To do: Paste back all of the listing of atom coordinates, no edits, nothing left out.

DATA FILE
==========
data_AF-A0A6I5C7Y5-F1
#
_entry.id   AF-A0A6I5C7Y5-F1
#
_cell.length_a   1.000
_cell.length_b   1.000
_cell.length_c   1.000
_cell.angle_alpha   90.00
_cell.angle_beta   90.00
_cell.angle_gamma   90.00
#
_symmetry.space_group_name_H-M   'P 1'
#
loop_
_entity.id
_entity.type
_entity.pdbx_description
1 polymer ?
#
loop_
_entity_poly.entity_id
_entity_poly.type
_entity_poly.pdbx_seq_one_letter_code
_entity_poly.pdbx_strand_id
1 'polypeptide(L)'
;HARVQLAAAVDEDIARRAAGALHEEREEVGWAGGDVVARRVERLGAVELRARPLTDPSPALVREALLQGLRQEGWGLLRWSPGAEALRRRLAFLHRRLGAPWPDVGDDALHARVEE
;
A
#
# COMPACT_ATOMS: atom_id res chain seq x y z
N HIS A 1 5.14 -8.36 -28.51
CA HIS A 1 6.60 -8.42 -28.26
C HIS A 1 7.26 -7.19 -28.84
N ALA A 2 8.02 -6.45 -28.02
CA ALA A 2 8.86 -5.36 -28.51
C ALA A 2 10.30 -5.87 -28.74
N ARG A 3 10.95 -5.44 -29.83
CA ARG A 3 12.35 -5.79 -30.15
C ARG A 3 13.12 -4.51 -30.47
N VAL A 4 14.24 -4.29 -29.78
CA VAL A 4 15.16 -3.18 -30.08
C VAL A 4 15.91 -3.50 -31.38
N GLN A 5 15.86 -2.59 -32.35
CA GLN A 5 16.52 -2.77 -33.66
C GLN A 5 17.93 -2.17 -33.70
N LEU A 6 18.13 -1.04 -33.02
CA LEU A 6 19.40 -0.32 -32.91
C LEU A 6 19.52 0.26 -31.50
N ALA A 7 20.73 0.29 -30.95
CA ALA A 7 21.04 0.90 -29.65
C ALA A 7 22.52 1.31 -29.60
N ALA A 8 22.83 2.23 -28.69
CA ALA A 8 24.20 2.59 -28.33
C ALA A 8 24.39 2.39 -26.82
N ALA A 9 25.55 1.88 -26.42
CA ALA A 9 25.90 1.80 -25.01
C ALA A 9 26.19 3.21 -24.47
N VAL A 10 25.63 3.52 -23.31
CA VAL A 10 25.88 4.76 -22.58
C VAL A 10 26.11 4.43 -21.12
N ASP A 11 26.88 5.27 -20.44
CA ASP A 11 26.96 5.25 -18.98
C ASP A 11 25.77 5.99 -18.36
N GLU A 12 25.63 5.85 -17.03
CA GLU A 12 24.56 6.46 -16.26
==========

data_AF-A0A6I5C7Y5-F1
#
_entry.id   AF-A0A6I5C7Y5-F1
#
_cell.length_a   1.000
_cell.length_b   1.000
_cell.length_c   1.000
_cell.angle_alpha   90.00
_cell.angle_beta   90.00
_cell.angle_gamma   90.00
#
_symmetry.space_group_name_H-M   'P 1'
#
loop_
_entity.id
_entity.type
_entity.pdbx_description
1 polymer ?
#
loop_
_entity_poly.entity_id
_entity_poly.type
_entity_poly.pdbx_seq_one_letter_code
_entity_poly.pdbx_strand_id
1 'polypeptide(L)'
;HARVQLAAAVDEDIARRAAGALHEEREEVGWAGGDVVARRVERLGAVELRARPLTDPSPALVREALLQGLRQEGWGLLRWSPGAEALRRRLAFLHRRLGAPWPDVGDDALHARVEE
;
A
#
# COMPACT_ATOMS: atom_id res chain seq x y z
N HIS A 1 5.14 -8.36 -28.51
CA HIS A 1 6.60 -8.42 -28.26
C HIS A 1 7.26 -7.19 -28.84
N ALA A 2 8.02 -6.45 -28.02
CA ALA A 2 8.86 -5.36 -28.51
C ALA A 2 10.30 -5.87 -28.74
N ARG A 3 10.95 -5.44 -29.83
CA ARG A 3 12.35 -5.79 -30.15
C ARG A 3 13.12 -4.51 -30.47
N VAL A 4 14.24 -4.29 -29.78
CA VAL A 4 15.16 -3.18 -30.08
C VAL A 4 15.91 -3.50 -31.38
N GLN A 5 15.86 -2.59 -32.35
CA GLN A 5 16.52 -2.77 -33.66
C GLN A 5 17.93 -2.17 -33.70
N LEU A 6 18.13 -1.04 -33.02
CA LEU A 6 19.40 -0.32 -32.91
C LEU A 6 19.52 0.26 -31.50
N ALA A 7 20.73 0.29 -30.95
CA ALA A 7 21.04 0.90 -29.65
C ALA A 7 22.52 1.31 -29.60
N ALA A 8 22.83 2.23 -28.69
CA ALA A 8 24.20 2.59 -28.33
C ALA A 8 24.39 2.39 -26.82
N ALA A 9 25.55 1.88 -26.42
CA ALA A 9 25.90 1.80 -25.01
C ALA A 9 26.19 3.21 -24.47
N VAL A 10 25.63 3.52 -23.31
CA VAL A 10 25.88 4.76 -22.58
C VAL A 10 26.11 4.43 -21.12
N ASP A 11 26.88 5.27 -20.44
CA ASP A 11 26.96 5.25 -18.98
C ASP A 11 25.77 5.99 -18.36
N GLU A 12 25.63 5.85 -17.03
CA GLU A 12 24.56 6.46 -16.26